The only way the arithmetic ever added up was to not just satisfy domestic demand but also export solar panels and the like around the world. Unfortunately, German solar manufacturers have been in deep trouble recently as strong domestic demand doesn’t make up for lower manufacturing costs in China. Firms like Q-Cells have seen dramatic falls in revenue (see here).
The basic fallacy of green jobs has become clear even in Germany: subsidies for renewable energy only make a country a big customer, not a big supplier. Buying lots of unneeded copies of Microsoft Office doesn’t make you Bill Gates, it just makes you poor.
Spain, Italy Cutting
Spain and Italy are also making cuts. Italy is going to cut its feed-in tariff by 18 per cent in 2011. In each four-month period that year there will be a 6 per cent cut. Apparently, markets expected 15 to 28 per cent, so solar companies are in some ways counting themselves lucky.
Spain is proposing 30 per cent cuts in revenue for operating solar plants. Local trade groups have complained that they are being “cheated” and face bankruptcy.
Britain: Renewables Last Stand?
Britain is the big exception. Feed-in tariffs are just coming in now to complement the Renewables Obligation.
The Renewables Obligation currently provides two Renewables Obligation Certificates (ROCs) for each MWh of power generated by new offshore wind plants. Those ROCs are worth just under £50 each at the moment. That means total subsidies are on offer of nearly £100 /MWh from just one policy (on top of the carbon price through the EU Emissions Trading Scheme), at current exchange rates that is around $150 /MWh. Rewards for smaller scale generation under the feed-in tariff are even more generous. Small scale (up to 5MW capacity) solar gets at least £268 /MWh, or around $406 /MWh.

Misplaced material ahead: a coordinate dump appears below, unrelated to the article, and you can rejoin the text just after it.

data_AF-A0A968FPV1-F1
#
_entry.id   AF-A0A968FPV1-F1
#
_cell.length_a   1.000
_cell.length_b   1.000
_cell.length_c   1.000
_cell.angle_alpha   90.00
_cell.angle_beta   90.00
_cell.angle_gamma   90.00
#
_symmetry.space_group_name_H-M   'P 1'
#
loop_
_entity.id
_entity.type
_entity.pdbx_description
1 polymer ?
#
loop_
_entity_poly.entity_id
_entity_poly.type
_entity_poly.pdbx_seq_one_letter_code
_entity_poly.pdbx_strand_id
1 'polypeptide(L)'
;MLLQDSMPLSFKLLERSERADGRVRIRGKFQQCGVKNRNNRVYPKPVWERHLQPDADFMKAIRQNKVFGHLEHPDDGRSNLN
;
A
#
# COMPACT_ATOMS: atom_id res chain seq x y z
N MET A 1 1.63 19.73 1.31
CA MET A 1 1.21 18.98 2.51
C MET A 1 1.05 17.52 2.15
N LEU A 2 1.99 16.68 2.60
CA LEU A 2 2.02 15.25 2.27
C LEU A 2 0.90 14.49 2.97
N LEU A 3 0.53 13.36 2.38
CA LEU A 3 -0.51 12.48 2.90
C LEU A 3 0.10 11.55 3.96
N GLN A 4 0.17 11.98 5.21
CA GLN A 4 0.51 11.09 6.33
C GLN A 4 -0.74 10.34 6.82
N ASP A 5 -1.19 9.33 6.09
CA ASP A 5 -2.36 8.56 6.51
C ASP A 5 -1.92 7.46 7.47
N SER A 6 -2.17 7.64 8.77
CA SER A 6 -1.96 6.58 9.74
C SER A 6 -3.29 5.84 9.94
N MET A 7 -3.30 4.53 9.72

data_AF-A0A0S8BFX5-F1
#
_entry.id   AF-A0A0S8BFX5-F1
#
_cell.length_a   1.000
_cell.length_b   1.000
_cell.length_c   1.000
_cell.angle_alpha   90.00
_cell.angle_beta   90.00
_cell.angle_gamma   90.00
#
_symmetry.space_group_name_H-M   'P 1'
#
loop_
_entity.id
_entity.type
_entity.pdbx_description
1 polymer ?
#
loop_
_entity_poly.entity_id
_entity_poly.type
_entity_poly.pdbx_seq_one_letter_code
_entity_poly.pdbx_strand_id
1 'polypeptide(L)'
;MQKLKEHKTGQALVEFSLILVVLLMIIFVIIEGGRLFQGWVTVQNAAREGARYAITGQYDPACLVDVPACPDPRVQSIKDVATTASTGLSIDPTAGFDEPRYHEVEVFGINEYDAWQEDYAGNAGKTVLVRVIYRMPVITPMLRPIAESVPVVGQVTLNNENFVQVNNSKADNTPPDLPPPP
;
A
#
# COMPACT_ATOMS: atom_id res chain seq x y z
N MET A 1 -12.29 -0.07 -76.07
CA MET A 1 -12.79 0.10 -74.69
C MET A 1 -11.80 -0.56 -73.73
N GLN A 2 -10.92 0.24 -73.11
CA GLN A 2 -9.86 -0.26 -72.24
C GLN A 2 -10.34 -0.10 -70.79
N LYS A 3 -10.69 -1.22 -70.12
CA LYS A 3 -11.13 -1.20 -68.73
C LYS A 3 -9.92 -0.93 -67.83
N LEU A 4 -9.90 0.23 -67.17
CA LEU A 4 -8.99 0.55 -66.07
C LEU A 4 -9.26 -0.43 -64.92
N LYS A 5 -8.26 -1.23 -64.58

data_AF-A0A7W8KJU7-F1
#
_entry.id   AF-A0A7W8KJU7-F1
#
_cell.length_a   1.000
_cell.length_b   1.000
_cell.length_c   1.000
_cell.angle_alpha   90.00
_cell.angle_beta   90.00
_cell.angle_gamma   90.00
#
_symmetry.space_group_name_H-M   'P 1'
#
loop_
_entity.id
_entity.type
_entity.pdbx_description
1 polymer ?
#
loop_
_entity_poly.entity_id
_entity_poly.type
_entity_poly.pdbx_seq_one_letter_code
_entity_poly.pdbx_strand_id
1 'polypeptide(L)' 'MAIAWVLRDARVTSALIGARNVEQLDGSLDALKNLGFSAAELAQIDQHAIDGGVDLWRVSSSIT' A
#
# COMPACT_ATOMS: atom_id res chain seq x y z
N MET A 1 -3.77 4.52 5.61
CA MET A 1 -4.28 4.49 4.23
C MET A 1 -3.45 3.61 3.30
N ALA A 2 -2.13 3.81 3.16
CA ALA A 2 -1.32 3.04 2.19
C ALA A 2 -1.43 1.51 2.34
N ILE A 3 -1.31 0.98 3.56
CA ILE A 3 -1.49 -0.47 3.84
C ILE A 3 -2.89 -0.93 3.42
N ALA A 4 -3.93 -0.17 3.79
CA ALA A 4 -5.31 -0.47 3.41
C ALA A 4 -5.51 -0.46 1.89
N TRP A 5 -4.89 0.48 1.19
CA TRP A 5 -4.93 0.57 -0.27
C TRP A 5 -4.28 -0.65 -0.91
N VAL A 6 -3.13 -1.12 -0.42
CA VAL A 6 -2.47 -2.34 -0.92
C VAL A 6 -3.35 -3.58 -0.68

Despite the massive subsidies on offer, there is little sign that renewable energy is delivering power when it is needed. In the first quarter of 2010, power from renewable sources fell by 7.5 per cent compared to the same period in 2009. Companies are being paid to turn their turbines off, because when the wind does blow it often doesn’t coincide with periods of high consumer demand.